Emma Homan is an Educational Copywriter for Pentagon Play, who specialise in creating outdoor learning environments for schools and children with special educational needs. In this blog Emma shares some of the top reasons why access to outdoor play is important for children with special educational needs, and how it can be particularly beneficial for them.
Outdoor play has a fundamental role in a child’s early development. And it has proven benefits in engaging children with Special Educational Needs. Freedom to move in a therapeutic, stimulating outdoor environment makes for healthier, happier children.
It teaches essential life skills, boosts confidence and improves behaviour. Early years providers that connect children with nature, and encourage outdoor play through creative outdoor play environments, truly support development and promote wellbeing for all of the children in their care, and especially for children with SEN.
Getting Enough Outdoor Play
No two children are the same in any walk of life, and children with Special Educational Needs face an entire range of different and specific challenges. Unfortunately, it’s a common theme that many children with SEN do not get the opportunity to play outside anywhere near as much as they should.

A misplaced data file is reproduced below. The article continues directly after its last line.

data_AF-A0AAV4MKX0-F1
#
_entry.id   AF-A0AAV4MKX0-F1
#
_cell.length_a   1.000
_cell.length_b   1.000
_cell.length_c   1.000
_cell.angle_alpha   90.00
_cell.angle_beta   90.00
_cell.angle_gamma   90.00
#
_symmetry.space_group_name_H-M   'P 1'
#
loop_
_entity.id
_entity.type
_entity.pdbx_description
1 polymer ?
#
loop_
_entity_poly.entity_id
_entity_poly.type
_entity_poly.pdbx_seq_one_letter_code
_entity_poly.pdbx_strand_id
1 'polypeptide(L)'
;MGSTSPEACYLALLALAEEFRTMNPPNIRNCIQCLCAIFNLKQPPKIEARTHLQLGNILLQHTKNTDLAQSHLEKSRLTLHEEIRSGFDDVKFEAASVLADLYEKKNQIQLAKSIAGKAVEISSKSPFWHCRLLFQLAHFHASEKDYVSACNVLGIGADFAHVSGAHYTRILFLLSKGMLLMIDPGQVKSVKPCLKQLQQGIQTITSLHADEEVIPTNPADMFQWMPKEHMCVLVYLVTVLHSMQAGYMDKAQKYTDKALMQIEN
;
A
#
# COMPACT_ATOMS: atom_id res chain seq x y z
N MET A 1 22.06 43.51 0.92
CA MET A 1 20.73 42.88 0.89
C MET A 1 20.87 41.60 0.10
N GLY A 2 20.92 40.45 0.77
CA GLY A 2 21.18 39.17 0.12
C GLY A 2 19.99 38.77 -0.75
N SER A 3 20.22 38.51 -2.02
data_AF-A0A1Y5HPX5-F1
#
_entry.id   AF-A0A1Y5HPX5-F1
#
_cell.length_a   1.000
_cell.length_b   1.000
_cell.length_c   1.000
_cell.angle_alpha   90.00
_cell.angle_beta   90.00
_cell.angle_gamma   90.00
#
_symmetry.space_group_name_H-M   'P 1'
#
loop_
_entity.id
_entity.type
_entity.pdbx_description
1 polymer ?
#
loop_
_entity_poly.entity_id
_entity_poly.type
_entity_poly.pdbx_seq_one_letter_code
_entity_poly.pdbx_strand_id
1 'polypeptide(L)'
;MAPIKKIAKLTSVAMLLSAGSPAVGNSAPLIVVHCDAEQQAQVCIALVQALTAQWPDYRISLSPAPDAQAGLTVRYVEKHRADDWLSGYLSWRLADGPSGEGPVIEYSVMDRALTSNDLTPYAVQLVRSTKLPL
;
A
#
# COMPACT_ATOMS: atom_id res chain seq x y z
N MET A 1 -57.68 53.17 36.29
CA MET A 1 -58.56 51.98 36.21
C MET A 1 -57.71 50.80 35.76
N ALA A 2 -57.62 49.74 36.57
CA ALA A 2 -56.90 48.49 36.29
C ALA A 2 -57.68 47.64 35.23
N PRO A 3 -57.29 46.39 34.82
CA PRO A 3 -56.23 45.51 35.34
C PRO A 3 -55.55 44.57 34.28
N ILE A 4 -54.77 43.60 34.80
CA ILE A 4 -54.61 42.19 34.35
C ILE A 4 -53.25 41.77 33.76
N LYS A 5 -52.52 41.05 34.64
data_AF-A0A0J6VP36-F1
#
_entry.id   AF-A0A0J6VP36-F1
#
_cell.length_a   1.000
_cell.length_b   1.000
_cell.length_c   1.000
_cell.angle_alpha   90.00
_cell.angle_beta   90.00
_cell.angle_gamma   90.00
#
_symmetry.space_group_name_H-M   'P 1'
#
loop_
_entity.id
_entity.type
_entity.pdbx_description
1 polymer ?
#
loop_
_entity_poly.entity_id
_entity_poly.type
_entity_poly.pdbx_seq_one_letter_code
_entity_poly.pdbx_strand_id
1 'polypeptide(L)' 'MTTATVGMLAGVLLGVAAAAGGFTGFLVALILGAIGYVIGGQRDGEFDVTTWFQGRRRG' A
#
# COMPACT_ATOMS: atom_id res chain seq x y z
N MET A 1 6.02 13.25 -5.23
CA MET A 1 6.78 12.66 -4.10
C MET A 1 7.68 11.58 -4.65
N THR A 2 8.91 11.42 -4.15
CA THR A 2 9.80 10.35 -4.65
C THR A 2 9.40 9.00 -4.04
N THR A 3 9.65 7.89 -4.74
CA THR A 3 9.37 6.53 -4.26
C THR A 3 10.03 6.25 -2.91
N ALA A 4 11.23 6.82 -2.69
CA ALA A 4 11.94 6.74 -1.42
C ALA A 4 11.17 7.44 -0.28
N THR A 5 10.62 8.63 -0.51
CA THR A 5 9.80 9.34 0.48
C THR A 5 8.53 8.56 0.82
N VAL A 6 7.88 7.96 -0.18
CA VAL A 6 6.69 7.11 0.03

This could be for any number of reasons, social, cultural or familial. Children who attend specialist schools for children with SEN often rely on specialist transport, which presents logistical challenges in terms of time and access to outdoor play out of school hours. Some don’t play outside on their own because they need constant supervision or support, physical or emotional.
So it’s essential that providers offer children with SEN access to a good outdoor play provision as they should for all children at the setting, where they can widen their experiences, develop, and learn in an informal way. Getting outdoors for learning and playtime offers some excellent physical, mental, and social benefits.
Physical and Sensory Benefits
Having space to play outside stimulates and encourages children with sensory sensitivities to explore all of their senses. Good play areas develop both gross and fine motor skills. They help children to improve mobility and coordination, the vestibular system (balance) and proprioception (body awareness and spatial skills).
Vestibular and proprioceptive training can be stressful for children who face difficulties with balance, spatial awareness or body awareness. Offering them a safe environment to climb, balance, move over different levels and surfaces in a fun and playful way, with friends, improves their development without it feeling like a chore.
Play spaces that allow them to explore where their body is in space, and how body parts move, are great. Playing inside dens that they have built themselves are a perfect example, and they offer children a sense of comfort.
Emphasis on playtime outdoors as opposed to indoors is particularly important for children with sensory sensitivities and some children with Autism.